Seven-day social work teams to be launched in children’s service

Slough children's services trust has received government backing to build a model of social work its designers say will be more responsive to needs

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Photo: ibreakstock/Fotolia

A children’s services trust will introduce seven-day social work teams after receiving government funding.

‘Enhanced hubs’ at Slough children’s services will see social workers and family support workers available in the evenings and weekends, as well as existing emergency duty team support.

The Department for Education awarded Slough’s trust £1.4m to introduce the hubs and develop a new domestic abuse assessment response.

Robbie Thompson, children and families coordinator for the trust, said the new model aimed to make services more responsive to families in crisis.

“We do have duty staff on weekends but they will only work emergency cases. This is about family support work that doesn’t just exist within a normal working day, but also exists outside of that on evenings and weekends,” he said.

The model will also give workers more opportunities to intervene with families at the right times, he added.

“It gives them a great opportunity to really do the kind of work that they are in this field for, which is to really make a difference with the families they work with. Everyone’s very excited.”

Photo: Slough Children's Services Trust

Photo: Slough Children’s Services Trust

19 Responses to Seven-day social work teams to be launched in children’s service

  1. Louise Marshall April 4, 2017 at 1:39 pm #

    What a brilliant model…

  2. Paul April 4, 2017 at 2:00 pm #

    I think this was tried in derby over 10 years ago; funding put an end to it

  3. Stuart April 4, 2017 at 3:11 pm #

    I’d like to know whether the spokesperson had the agreement of all staff before saying ‘Everyone’s very excited’.

    It will look rather less exciting if staff have to go on a shift pattern that makes their domestic lives, so often the vital lifeline to professional survival, become intolerably impaired and good staff start leaving.

    I’m very happy if services are actually improved in the long term but the large cash input reported suggests this is something that can’t or won’t pass the bean counters any more widely & it looks to me like the most excited people are the marketing dudes who got to play some variation of Twister.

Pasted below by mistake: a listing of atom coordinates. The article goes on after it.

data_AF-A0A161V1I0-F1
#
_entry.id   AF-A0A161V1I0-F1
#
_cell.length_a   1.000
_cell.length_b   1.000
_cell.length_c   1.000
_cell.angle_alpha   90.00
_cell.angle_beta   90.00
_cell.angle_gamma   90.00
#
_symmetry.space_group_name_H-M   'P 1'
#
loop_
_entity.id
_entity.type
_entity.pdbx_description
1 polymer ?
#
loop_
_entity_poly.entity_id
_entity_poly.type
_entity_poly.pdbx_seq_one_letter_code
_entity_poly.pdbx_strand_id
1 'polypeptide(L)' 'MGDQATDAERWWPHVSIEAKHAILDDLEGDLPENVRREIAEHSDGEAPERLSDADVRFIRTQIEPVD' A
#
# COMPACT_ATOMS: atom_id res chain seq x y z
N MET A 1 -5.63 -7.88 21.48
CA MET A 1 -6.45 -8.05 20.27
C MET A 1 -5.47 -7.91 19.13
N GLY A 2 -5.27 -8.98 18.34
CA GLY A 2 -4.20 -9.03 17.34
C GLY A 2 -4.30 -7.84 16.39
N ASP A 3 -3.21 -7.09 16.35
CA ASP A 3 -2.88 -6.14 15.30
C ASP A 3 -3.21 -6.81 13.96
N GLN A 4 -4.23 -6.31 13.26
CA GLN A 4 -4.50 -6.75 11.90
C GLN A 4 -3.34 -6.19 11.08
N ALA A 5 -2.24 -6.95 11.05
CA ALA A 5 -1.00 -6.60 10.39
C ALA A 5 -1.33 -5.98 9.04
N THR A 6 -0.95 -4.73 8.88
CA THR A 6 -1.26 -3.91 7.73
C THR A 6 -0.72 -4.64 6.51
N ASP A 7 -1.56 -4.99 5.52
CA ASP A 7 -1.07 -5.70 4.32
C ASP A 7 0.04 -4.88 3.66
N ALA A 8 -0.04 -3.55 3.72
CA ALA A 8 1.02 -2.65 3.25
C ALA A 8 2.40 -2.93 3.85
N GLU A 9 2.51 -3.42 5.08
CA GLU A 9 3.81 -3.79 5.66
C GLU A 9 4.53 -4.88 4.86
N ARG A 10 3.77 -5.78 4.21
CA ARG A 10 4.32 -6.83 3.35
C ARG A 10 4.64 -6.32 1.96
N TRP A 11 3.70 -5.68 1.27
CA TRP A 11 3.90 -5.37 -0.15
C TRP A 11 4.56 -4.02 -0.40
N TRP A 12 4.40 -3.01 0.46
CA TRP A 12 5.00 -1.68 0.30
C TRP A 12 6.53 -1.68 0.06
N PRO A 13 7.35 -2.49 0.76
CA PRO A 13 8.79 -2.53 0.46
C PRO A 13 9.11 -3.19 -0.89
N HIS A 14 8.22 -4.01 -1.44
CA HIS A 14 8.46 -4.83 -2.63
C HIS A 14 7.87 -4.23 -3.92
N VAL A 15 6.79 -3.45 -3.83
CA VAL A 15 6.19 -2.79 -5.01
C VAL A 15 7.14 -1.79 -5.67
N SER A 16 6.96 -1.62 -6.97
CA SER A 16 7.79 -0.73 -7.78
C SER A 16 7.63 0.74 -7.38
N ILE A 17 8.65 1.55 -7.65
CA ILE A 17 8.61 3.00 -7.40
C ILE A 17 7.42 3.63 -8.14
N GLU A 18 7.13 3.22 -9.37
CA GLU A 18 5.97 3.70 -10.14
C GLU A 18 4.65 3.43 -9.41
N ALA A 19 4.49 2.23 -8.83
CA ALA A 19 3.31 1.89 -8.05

4. Rosaline April 4, 2017 at 8:42 pm #

    I agree with your comments Stuart. Whilst I agree services should be more accessible, the impact of this change has not been well considered from what I have read. 7 days working, does this present contractual changes? or is the funding to recruit to additional posts? I am inclined to believe the latter, therefore this is a short term measure. I am curious to understand Slough’s position if the funding is no longer available and the impact of inconsistency and discontinuity for children and families.

  5. Lara April 4, 2017 at 10:31 pm #

    I would like to know if this way of working is likely to be forced upon social workers? Would outlets weekends and after 5pm duties still be protected?

  6. Lara April 4, 2017 at 10:33 pm #

    I would like to know if this way of working is likely to be forced upon social workers? Would our weekends and after 5pm duties still be protected?what if social workers have particular commitments at weekends, would they have a voice in opting out of working at weekends?

  7. Miss Taylor April 5, 2017 at 12:06 pm #

    Social workers have children too. Who will look after them while their parents are busy looking after others.
    Social workers experience family crisis’ too especially at weekends and out of hours who will
    support them and their families while they are tending to others?
    These work patterns cannot and should not be enforced there is no realistic work life balance for social workers own family lives without running the risk of becoming services users themselves.

    • Sharon April 19, 2017 at 2:17 pm #

      Indeed no work pattern should be imposed on social workers however in response to ” social workers have children too….. , so do the frontline support workers in social care provision , nurses and indeed workers generally who are required to work evenings , weekends and in the case of support workers overnight work also .

  8. Grace Easie-Edgar April 5, 2017 at 12:36 pm #